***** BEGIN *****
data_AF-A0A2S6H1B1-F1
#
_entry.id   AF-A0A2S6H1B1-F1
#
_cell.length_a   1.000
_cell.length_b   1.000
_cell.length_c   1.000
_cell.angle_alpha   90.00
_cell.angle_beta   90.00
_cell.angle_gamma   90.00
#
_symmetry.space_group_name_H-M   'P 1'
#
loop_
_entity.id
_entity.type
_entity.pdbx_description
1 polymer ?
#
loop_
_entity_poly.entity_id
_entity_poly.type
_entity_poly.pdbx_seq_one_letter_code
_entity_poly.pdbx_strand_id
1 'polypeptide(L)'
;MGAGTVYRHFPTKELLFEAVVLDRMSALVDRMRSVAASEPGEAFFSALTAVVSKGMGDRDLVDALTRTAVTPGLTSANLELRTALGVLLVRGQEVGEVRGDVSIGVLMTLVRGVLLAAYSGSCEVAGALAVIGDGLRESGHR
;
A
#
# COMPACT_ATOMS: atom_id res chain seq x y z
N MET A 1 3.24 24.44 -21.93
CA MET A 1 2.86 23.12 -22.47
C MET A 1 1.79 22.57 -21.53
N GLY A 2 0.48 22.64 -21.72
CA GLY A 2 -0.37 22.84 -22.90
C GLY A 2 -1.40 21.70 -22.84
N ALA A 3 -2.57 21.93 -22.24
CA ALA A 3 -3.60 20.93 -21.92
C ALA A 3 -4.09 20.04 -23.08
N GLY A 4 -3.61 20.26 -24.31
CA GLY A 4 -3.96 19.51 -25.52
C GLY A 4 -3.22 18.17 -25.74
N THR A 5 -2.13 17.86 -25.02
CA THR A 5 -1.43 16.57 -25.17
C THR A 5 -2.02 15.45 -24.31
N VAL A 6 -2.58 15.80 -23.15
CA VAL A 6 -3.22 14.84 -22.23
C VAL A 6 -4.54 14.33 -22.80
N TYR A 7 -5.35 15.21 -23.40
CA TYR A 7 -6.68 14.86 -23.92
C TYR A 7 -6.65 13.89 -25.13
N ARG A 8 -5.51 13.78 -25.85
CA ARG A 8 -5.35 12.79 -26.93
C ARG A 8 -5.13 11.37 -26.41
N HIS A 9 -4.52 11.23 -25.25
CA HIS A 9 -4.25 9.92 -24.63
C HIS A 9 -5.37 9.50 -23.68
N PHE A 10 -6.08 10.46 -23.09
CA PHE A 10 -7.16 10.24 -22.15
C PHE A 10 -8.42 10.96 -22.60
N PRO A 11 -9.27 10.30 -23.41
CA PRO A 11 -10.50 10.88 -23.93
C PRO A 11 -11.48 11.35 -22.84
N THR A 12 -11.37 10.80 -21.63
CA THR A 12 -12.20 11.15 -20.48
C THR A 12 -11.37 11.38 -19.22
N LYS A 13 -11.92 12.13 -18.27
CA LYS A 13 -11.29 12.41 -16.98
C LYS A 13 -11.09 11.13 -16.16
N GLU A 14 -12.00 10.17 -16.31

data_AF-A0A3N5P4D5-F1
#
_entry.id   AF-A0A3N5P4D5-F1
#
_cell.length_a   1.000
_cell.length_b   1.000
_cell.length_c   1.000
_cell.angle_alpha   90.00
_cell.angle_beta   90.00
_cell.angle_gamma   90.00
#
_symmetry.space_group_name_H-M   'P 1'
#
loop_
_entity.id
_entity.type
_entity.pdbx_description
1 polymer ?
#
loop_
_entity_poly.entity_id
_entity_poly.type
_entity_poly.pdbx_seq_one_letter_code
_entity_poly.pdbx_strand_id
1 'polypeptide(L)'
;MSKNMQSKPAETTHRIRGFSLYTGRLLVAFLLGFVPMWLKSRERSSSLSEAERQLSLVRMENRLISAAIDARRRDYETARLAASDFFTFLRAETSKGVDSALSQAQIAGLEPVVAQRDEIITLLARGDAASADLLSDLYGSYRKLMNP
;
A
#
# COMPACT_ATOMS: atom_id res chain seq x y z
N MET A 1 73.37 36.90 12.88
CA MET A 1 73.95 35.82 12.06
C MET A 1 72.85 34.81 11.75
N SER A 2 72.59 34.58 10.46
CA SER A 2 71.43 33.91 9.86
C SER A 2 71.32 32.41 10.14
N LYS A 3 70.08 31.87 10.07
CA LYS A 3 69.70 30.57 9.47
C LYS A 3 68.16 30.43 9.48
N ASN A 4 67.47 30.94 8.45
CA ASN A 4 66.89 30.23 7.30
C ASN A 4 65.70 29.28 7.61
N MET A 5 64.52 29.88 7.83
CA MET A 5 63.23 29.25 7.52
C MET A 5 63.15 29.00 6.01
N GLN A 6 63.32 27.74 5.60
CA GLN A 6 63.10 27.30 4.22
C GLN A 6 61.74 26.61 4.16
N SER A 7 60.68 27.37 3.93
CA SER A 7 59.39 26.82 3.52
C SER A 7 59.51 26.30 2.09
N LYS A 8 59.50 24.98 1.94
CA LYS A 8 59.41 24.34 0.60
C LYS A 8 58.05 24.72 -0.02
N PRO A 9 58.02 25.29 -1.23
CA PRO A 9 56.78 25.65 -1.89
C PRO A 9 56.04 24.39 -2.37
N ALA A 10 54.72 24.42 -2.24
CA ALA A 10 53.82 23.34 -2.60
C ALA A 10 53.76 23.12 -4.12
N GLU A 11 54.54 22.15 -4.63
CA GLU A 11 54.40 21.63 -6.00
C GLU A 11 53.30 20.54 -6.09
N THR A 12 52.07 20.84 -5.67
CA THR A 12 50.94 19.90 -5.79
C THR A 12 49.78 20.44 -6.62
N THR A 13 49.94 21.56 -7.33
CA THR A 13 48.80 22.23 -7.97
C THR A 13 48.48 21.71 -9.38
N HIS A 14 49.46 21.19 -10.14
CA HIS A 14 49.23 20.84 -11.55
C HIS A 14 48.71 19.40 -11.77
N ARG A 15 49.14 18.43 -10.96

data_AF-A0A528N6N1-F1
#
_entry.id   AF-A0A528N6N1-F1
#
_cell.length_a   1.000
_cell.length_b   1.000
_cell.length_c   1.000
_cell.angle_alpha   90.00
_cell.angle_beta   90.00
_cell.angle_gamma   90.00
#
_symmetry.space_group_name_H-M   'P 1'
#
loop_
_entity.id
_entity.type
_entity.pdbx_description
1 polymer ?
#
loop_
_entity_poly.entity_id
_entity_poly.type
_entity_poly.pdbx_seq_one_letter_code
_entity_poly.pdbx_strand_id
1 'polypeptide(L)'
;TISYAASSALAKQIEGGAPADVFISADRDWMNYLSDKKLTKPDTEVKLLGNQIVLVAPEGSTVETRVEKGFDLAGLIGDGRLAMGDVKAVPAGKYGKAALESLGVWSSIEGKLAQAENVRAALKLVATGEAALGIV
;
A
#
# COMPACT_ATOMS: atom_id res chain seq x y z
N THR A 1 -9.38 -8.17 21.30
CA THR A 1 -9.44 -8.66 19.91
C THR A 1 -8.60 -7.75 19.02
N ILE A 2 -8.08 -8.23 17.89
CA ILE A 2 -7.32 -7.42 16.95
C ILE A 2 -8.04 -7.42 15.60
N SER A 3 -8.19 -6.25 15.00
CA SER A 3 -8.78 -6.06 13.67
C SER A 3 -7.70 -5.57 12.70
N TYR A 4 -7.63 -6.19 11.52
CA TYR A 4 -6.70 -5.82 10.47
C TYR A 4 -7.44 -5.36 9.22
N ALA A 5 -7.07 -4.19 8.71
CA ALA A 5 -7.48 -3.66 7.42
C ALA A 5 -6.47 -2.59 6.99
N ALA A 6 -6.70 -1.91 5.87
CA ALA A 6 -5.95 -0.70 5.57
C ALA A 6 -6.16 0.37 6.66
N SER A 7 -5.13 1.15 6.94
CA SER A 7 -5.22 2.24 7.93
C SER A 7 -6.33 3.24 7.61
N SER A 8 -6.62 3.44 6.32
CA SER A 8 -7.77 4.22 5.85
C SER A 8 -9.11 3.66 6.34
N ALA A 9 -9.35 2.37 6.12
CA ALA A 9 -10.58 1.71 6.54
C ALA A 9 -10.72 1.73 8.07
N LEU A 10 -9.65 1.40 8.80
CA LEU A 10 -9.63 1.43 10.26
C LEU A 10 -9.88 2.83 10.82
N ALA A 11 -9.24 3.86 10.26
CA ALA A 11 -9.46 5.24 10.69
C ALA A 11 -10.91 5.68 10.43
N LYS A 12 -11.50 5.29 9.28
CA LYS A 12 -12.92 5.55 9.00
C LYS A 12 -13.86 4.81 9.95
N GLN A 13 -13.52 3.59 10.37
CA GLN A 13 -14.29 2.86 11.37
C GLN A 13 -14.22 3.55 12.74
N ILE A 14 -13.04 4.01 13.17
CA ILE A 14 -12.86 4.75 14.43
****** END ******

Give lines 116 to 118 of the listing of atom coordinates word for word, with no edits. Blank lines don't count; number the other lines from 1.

N GLN A 6 63.32 27.74 5.60
CA GLN A 6 63.10 27.30 4.22
C GLN A 6 61.74 26.61 4.16